Earlier this week in New York, 16 year old Kyle Giersdorf from the US earned himself $3m after winning the solo event in the world cup finals for the popular video game Fortnite.
Some 40 million players competed to qualify for the championship which offered a record $30m in prize money shared amongst the winners and is this figure is expected to be beaten in a similar competition taking place in August.
But what if you are not good enough to win the seven-digit prize money but want to make a pretty penny on the industry instead? Well, there are a few ETFs to pick from which can offer just that.
The VanEck Vectors Video Gaming and eSports ETF (ESPO) and the ETFMG Video Game Tech ETF (GAMR) are both comprised of companies from all around the world which utilise the video gaming industry. So which one reigns victorious?
|ETF||VanEck Vectors Video Gaming and eSports ETF (ESPO)||ETFMG Video Game Tech ETF (GAMR)|
|Benchmark||MVIS Global Video Gaming and eSports Index||EEFund Video Game Tech Index|
ESPO tracks the MVIS Global Video Gaming and eSports index which includes companies involved in video game development, eSports and related hardware and software with a market cap greater than $150m. It only has 25 holdings which means each stock has a relatively large weighting of the fund.
Its largest holdings include Nvidia Corp, Tencent and Electronic Arts (EA) which make up 8.8%, 8.2% and 7.0% of the fund, respectively. The top 10 holdings make up over 60% of the ETF. The US is the greatest exposed country with 37.2%, ahead of Japan with 24.1% and China with 16.2%.
GAMR tracks the EEFund Video Game Tech index and similarly includes companies involved in video game development as well as game and chip manufacturers and game retailers. It has a larger portfolio with a total of 85 holdings.
GAMR is more diversified in comparison to ESPO due to having more holdings, reducing the weightings, and has reduced exposure to the varying geographies. Its largest holdings are Bilibili (2.9%), Keywords Studios (2.8%) and Sciplay (2.7%). The US remains the largest country exposure with 30.5%, ahead of Japan with 20.0% and South Korea with 14.8%.
Nintendo and EA are the only shared top holdings for both ETFs and are also probably the only companies, as well as Activision Blizzard, which are explicitly involved in the video gaming industry which ESPO says it offers exposure to.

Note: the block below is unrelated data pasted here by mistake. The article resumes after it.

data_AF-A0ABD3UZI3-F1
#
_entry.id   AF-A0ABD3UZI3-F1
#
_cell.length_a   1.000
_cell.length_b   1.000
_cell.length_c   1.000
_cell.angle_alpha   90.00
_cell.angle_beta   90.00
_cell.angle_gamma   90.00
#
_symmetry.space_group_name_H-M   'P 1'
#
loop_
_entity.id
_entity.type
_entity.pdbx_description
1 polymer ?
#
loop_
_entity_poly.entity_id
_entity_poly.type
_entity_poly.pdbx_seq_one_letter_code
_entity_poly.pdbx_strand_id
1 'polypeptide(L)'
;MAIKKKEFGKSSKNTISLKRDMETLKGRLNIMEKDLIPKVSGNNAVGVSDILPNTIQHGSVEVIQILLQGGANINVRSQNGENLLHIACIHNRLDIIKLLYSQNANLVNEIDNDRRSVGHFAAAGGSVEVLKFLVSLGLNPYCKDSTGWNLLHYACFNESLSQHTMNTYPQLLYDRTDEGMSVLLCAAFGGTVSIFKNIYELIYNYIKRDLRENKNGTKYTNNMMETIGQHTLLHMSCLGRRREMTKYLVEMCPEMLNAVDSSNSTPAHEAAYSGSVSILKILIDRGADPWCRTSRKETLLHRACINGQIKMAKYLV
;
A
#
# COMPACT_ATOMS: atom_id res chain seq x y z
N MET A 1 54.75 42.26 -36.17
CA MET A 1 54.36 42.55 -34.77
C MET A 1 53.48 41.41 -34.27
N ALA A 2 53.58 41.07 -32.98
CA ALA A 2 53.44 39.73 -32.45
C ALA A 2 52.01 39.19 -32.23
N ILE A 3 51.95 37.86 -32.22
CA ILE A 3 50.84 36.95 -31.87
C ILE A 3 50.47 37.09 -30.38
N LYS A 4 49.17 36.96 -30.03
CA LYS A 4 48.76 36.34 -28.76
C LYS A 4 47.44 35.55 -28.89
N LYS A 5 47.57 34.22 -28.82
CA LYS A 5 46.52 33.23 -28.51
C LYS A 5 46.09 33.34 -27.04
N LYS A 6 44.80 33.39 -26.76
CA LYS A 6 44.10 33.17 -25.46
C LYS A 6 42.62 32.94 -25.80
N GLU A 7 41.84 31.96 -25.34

The method of market cap weighting means graphic processing designer Nvidia and video sharing website Bilibili are the top holdings for ESPO and GAMR.
Cost and tradability
ETFMG’s GAMR is the first video gaming ETF to come to the market, according to the company, which means it comes with the larger management fees of 0.75%. Competitors which are not first to the market must usually sacrifice several basis points to attract investors. Therefore, ESPO underprices GAMR by 15bps, offering a fee of 0.60%.
There is also a significant difference in the ETFs’ average annual premium. ESPO has an average premium of 32bps which is great news if you are trying to sell the fund as you would be selling high but means it is expensive to buy if you are currently trying to add it to your portfolio.
In contrast, GAMR, on average, is trading at a discount of 11bps, making it very cheap to buy but does run the risk of making a loss on returns when it comes to selling out.
Despite GAMR’s larger number of holdings, its performance has been rather disappointing. Most notably, its performance has dipped ever since the beginning of Q2 2019.
Its three month return is -7.9%, hindering its year-to-date performance to be up by only 7.0%. Heavily affected by the volatile period in Q4 2018, its one-year return is -14.8%.
Alternatively, the newer ESPO has had a great year so far with YTD returns of 26.5%. It was launched in October, in the middle of the volatile period and means it avoided a significant amount of losses which its older competitors suffered. Since its launch, its net asset value has risen 10.6%. Over the same period, GAMR’s NAV has fallen 5.4%.
In ESPO’s factsheet, it states it includes companies with at least 50% of its revenue from the video gaming industry, but when ETF Stream first covered the launch, it was revealed a buffer was put in place which meant this could be lowered to 25%.
While misleading to investors, it is understandable why you might reduce this as the industry is growing upwards of $100bn so any association to the sector is going to be positive.
At first, most were sceptical ESPO would be able to outperform GAMR due to its market cap weighting and limited exposure but its double-digit performance since its launch while competitors are performing at a loss says otherwise. Especially when it offers a significantly cheaper fee.
A final point to add is that GAMR is rebalanced every six months whereas ESPO is done every quarter. This means ESPO is slightly more responsive to market shifts and will reduce exposure if a company’s fundamentals significantly change between rebalances.